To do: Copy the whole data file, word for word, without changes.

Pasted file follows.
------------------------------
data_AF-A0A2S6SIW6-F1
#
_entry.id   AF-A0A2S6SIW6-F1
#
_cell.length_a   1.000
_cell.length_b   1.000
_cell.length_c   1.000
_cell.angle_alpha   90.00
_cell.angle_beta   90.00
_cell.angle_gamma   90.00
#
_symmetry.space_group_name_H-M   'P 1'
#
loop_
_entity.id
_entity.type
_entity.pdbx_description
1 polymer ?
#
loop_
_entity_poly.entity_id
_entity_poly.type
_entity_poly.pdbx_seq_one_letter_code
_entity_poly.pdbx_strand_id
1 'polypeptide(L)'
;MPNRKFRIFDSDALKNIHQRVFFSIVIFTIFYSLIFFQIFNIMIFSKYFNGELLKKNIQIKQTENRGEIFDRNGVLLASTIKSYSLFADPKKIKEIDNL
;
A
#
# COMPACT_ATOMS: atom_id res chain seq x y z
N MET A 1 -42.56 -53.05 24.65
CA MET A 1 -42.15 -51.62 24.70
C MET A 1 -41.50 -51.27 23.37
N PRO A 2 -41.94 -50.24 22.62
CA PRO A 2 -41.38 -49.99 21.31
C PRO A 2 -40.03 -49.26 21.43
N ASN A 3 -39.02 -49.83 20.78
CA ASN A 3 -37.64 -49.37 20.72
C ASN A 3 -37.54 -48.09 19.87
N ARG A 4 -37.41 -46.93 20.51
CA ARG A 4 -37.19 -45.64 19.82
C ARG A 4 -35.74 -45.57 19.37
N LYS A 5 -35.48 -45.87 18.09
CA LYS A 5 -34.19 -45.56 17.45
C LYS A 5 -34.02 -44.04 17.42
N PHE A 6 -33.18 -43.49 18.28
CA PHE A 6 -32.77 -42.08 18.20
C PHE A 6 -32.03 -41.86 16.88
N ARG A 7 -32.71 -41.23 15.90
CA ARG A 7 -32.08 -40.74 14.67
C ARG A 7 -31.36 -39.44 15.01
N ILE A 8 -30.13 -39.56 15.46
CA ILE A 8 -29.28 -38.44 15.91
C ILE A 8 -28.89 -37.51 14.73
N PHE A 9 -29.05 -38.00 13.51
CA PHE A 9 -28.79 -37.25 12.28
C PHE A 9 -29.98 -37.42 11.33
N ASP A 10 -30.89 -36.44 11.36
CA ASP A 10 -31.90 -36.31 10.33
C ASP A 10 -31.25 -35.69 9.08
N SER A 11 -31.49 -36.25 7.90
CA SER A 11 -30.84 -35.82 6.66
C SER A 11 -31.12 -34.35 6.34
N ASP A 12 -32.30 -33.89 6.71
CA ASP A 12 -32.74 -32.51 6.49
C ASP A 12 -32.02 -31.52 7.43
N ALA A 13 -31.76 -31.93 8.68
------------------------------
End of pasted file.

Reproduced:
data_AF-A0A2S6SIW6-F1
#
_entry.id   AF-A0A2S6SIW6-F1
#
_cell.length_a   1.000
_cell.length_b   1.000
_cell.length_c   1.000
_cell.angle_alpha   90.00
_cell.angle_beta   90.00
_cell.angle_gamma   90.00
#
_symmetry.space_group_name_H-M   'P 1'
#
loop_
_entity.id
_entity.type
_entity.pdbx_description
1 polymer ?
#
loop_
_entity_poly.entity_id
_entity_poly.type
_entity_poly.pdbx_seq_one_letter_code
_entity_poly.pdbx_strand_id
1 'polypeptide(L)'
;MPNRKFRIFDSDALKNIHQRVFFSIVIFTIFYSLIFFQIFNIMIFSKYFNGELLKKNIQIKQTENRGEIFDRNGVLLASTIKSYSLFADPKKIKEIDNL
;
A
#
# COMPACT_ATOMS: atom_id res chain seq x y z
N MET A 1 -42.56 -53.05 24.65
CA MET A 1 -42.15 -51.62 24.70
C MET A 1 -41.50 -51.27 23.37
N PRO A 2 -41.94 -50.24 22.62
CA PRO A 2 -41.38 -49.99 21.31
C PRO A 2 -40.03 -49.26 21.43
N ASN A 3 -39.02 -49.83 20.78
CA ASN A 3 -37.64 -49.37 20.72
C ASN A 3 -37.54 -48.09 19.87
N ARG A 4 -37.41 -46.93 20.51
CA ARG A 4 -37.19 -45.64 19.82
C ARG A 4 -35.74 -45.57 19.37
N LYS A 5 -35.48 -45.87 18.09
CA LYS A 5 -34.19 -45.56 17.45
C LYS A 5 -34.02 -44.04 17.42
N PHE A 6 -33.18 -43.49 18.28
CA PHE A 6 -32.77 -42.08 18.20
C PHE A 6 -32.03 -41.86 16.88
N ARG A 7 -32.71 -41.23 15.90
CA ARG A 7 -32.08 -40.74 14.67
C ARG A 7 -31.36 -39.44 15.01
N ILE A 8 -30.13 -39.56 15.46
CA ILE A 8 -29.28 -38.44 15.91
C ILE A 8 -28.89 -37.51 14.73
N PHE A 9 -29.05 -38.00 13.51
CA PHE A 9 -28.79 -37.25 12.28
C PHE A 9 -29.98 -37.42 11.33
N ASP A 10 -30.89 -36.44 11.36
CA ASP A 10 -31.90 -36.31 10.33
C ASP A 10 -31.25 -35.69 9.08
N SER A 11 -31.49 -36.25 7.90
CA SER A 11 -30.84 -35.82 6.66
C SER A 11 -31.12 -34.35 6.34
N ASP A 12 -32.30 -33.89 6.71
CA ASP A 12 -32.74 -32.51 6.49
C ASP A 12 -32.02 -31.52 7.43
N ALA A 13 -31.76 -31.93 8.68